Tuesday, August 23, 2011

Breaking Into (and Out Of) Print—Part Four






Yesterday I wore my publisher’s hat to talk about people who say they want to write, but end up sabotaging their own careers. Here’s my final take:


4) They fail to keep connections. I can tell who the true professionals are:

*They pay attention to the dates on their contracts.
*They check in.
*They let me know if there’s a problem early enough so we can deal with it.
*They help me promote their books by mentioning them at workshops, on their web sites, blogs, Facebook, or Twitter.




These are the people I send extra work to. These are the people I ask to help launch new series. These are the people who are building a career.



Unfortunately, there are many writers that blow their first professional connections.




The sad tale of Ms. X. The beginning of her writing career with me started well. She completed the work I’d given her in a timely manner. As such, I assigned her five, 550-word profiles in a series of three books that I wanted to send to print on the same date. For these types of stories, I usually give the writers a month per profile, start to finish. I want to see a first draft in about two weeks and the final version two weeks after that.

I know, a month to write a less than 600 words will seem like a lot of time to some of you. But, in this case research and, sometimes, interviews are involved.

I assigned these profiles last November & December, 2010 with the first draft due in January, 2011 (after all the holiday chaos—so writers actually got extra time on this batch). The final drafts for this series were due in May, 2011. Ms. X sent in her first draft on time, along with some questions about one of the other profiles.

And that was the last time I heard from her. Until May. I was putting the books together and realized that I was missing five manuscripts, all belonging to Ms. X. When I contacted her, she apologized, said she’s had a new job she was getting used to, she’d had to move, etc. As much as I felt sympathy for her plight, I was also angry. We could have worked all these things out. Life happens!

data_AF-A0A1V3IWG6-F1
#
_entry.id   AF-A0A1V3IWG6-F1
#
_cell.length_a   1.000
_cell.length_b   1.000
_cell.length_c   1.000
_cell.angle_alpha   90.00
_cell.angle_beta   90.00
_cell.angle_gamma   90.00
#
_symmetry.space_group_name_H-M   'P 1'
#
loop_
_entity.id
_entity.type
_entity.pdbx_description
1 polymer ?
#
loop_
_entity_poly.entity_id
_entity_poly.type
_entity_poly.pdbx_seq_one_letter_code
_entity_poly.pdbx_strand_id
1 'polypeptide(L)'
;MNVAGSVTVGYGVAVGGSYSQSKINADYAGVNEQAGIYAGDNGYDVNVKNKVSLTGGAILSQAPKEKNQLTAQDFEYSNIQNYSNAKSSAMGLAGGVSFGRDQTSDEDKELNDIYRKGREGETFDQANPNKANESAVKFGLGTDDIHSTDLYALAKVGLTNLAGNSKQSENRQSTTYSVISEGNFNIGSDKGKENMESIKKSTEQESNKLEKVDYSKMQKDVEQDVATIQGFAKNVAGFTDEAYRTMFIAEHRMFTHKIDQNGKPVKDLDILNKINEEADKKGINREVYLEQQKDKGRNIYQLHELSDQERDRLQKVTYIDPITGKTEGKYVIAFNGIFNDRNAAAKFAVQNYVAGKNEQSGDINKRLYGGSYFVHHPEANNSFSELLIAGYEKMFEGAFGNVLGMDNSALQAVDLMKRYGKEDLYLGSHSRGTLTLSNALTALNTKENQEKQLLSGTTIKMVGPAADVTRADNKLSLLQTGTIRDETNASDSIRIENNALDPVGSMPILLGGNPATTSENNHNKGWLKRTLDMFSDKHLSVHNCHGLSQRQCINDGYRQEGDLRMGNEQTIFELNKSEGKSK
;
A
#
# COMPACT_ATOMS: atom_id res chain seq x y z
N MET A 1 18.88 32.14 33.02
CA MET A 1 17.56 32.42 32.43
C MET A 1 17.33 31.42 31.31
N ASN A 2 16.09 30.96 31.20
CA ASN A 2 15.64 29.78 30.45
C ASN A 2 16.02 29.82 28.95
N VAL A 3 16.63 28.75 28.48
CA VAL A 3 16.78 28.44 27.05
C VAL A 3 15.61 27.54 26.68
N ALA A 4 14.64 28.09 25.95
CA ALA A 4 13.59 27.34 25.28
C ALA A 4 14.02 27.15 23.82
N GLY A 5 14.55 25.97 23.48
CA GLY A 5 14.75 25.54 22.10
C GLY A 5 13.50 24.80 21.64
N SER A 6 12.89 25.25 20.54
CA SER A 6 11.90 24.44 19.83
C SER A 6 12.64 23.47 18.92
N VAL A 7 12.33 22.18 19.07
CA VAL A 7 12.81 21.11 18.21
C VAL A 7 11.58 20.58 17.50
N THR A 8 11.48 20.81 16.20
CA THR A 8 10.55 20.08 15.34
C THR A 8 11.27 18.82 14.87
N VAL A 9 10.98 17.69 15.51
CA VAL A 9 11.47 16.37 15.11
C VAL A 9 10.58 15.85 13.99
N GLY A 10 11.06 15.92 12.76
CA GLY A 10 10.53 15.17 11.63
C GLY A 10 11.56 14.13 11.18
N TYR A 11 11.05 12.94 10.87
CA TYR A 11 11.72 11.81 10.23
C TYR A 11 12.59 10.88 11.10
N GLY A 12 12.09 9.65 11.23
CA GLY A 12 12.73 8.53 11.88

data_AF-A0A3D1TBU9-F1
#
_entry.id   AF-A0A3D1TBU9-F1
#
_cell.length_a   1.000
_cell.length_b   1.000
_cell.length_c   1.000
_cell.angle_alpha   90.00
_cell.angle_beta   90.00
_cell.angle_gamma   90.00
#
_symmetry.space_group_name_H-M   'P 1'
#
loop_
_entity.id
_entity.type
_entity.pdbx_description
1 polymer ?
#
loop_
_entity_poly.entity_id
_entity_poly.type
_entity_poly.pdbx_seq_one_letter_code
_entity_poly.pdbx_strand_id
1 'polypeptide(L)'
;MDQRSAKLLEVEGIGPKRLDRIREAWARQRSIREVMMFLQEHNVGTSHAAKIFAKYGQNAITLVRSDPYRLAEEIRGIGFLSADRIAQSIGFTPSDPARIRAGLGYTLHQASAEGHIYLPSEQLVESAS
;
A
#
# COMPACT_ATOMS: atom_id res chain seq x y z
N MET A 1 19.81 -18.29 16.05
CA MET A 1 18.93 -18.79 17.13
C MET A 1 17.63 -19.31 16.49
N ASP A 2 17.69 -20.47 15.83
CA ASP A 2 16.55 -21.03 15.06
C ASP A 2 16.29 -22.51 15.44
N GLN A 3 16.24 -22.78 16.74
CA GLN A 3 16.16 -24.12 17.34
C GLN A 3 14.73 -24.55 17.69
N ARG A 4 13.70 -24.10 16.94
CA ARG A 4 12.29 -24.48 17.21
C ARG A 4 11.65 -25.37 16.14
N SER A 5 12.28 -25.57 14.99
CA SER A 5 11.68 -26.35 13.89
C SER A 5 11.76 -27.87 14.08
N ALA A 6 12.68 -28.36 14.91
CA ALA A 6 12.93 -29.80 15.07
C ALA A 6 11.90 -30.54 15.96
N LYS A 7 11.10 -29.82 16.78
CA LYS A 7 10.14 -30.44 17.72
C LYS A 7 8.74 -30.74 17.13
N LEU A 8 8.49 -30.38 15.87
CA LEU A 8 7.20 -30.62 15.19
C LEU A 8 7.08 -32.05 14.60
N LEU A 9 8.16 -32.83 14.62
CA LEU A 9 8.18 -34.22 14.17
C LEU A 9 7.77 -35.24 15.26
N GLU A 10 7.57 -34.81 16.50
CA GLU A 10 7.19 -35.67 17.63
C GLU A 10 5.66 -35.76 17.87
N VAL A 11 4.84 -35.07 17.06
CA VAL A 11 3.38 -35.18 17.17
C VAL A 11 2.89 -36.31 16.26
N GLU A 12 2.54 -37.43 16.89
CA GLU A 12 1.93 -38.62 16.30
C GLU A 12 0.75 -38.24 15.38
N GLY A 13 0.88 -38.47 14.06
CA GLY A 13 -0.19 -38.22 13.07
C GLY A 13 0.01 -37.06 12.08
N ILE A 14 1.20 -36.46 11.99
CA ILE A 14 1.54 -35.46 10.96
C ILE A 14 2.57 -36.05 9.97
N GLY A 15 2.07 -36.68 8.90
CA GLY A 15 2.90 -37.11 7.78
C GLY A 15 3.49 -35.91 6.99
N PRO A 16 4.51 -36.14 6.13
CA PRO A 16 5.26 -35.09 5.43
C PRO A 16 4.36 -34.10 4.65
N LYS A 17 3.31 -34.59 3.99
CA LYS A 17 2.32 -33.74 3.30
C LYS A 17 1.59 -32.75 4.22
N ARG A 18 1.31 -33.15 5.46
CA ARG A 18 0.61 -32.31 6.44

There was no way she could get 4 profiles and a revision to me in a decent amount of time. Suddenly, the 3 books I’d hoped to have for a fall promotion, were dead in the water. Not only that, but my printer had offered me a deal: I was actually going to print 5 new books and do a reprint of one of our other titles. By doing six books at once, I could get a much better price. Ms. X had managed to single-handedly delay six books on the list!

I scrambled to find other writers to complete some of Ms. X’s work. I’d already paid her the advances for these projects. We had to re-negotiate our scheduled date with the printer. Pre-sold books that had been promised for September weren’t going to be ready for our customers. Our web site announcements had to be revised. And here’s the kicker: while Ms. X was NOT handing in the work she’d contracted with me, I saw her post on a writers’ list asking about submitting to other publishers.

Hmmmm…. I thought, you DO realize other people (like publishers and editors) read these lists, too, don’t you? And, by the way, if you’ve got time to put together résumés, and post on lists, shouldn’t you first do the work you’ve already contracted to do?

So this is how connections are lost. I would have been happy to recommend Ms. X to any other publisher. Now I cannot. I also cannot ever hire her again. I can’t afford to.




What's your real attitude about becoming a professional writer? Remember that it's not just talent and luck. It's dependability, tenacity, and good connections.


3 comments:

I'm Jet . . . said...

Oh, Ms. X. Not good. Not good at all.

Linda C Brennan said...

Glad I'm still connected!

Andy said...

What an excellent series of posts, Mur!